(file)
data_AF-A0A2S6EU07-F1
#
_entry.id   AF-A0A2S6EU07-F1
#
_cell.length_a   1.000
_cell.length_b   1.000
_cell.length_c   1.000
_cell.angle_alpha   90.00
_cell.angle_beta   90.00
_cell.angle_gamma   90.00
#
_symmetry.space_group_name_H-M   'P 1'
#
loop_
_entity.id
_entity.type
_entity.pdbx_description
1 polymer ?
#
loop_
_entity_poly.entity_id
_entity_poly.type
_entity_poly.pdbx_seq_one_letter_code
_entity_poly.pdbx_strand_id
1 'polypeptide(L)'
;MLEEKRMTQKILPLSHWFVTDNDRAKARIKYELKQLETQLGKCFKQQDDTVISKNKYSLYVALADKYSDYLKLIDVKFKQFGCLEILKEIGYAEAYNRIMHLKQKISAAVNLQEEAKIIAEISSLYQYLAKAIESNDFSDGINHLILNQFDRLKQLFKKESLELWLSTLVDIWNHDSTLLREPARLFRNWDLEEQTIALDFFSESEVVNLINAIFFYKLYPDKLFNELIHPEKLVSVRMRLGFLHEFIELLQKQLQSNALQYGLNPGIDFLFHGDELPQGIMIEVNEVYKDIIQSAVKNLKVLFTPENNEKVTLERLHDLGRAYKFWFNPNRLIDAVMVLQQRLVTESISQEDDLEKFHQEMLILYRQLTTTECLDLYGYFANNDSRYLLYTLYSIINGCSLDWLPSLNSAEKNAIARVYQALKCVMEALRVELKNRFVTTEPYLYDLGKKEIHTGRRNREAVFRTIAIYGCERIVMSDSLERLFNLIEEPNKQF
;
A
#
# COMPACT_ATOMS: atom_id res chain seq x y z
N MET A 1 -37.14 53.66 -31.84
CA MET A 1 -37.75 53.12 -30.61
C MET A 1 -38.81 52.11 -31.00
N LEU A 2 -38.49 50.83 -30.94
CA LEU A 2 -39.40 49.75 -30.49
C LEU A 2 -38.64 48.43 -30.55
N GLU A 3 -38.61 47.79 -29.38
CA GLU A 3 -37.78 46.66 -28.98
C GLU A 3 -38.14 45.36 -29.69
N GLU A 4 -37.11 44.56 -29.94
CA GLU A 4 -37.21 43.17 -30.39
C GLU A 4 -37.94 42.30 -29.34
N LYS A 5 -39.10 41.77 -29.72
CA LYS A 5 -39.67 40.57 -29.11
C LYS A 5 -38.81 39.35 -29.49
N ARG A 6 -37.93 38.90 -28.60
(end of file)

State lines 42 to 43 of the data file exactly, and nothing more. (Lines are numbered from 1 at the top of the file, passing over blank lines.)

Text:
C GLU A 4 -37.94 42.30 -29.34
N LYS A 5 -39.10 41.77 -29.72